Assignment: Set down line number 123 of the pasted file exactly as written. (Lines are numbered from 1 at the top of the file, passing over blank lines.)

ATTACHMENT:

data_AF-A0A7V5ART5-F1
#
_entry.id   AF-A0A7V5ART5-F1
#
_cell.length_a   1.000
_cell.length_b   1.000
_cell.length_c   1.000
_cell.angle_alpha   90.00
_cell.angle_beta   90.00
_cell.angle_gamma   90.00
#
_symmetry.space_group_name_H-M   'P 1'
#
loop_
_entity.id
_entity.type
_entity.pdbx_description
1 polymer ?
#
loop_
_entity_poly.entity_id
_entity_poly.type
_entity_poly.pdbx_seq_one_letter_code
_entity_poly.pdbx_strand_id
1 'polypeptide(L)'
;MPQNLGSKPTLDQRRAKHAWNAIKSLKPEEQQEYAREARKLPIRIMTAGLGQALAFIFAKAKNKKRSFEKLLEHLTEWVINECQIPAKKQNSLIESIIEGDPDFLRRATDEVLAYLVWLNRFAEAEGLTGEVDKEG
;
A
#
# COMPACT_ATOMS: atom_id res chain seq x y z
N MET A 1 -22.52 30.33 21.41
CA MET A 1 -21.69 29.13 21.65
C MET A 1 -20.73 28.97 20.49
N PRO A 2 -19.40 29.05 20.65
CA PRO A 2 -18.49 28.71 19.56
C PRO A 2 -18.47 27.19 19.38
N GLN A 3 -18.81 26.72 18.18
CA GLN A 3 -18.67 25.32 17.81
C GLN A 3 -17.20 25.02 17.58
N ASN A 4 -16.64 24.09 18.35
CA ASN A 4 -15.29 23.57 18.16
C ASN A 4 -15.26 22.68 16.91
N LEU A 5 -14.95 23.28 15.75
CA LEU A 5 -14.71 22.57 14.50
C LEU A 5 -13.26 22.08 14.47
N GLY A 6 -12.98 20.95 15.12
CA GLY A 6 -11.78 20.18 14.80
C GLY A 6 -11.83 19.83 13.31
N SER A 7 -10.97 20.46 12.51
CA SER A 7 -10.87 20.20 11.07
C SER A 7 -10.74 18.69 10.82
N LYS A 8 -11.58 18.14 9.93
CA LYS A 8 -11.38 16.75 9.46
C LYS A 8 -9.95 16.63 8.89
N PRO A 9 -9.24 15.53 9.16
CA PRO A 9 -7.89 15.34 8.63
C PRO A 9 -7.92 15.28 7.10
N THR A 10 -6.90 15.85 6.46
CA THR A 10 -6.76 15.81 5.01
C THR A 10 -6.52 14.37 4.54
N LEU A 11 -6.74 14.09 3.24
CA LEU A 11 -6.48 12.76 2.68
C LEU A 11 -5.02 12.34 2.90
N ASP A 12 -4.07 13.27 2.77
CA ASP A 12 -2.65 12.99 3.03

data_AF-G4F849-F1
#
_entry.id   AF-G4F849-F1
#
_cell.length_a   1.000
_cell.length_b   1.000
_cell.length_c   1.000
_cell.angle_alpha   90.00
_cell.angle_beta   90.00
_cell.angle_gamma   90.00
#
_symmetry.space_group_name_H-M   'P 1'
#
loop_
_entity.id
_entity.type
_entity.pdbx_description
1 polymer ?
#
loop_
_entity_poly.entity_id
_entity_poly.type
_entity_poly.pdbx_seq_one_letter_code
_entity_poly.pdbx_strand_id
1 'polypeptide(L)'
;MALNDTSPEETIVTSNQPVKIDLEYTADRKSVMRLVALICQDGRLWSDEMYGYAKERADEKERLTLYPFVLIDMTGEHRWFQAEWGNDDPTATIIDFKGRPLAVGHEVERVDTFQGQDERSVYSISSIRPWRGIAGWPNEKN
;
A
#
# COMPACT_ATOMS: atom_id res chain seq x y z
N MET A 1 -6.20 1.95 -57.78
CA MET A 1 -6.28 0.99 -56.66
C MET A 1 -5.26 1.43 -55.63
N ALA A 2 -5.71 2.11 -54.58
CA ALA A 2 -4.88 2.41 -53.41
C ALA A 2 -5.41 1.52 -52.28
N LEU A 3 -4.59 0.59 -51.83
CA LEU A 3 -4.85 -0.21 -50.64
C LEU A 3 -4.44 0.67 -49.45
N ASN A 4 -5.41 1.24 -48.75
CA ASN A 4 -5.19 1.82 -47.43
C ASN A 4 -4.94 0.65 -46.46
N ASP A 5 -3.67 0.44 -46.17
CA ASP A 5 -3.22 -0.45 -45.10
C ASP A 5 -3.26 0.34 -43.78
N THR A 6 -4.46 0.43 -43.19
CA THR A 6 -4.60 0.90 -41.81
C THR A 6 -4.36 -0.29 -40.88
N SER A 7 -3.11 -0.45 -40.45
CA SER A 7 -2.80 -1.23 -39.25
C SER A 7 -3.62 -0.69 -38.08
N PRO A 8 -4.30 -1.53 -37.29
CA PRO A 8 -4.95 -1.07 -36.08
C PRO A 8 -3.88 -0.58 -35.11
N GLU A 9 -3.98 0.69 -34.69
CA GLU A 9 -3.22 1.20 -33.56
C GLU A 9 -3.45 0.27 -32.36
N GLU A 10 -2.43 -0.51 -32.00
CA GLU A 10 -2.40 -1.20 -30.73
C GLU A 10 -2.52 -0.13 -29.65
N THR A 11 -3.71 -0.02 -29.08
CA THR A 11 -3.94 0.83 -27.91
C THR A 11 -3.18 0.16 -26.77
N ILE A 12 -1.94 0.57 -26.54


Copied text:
N GLU A 10 -2.43 -0.51 -32.00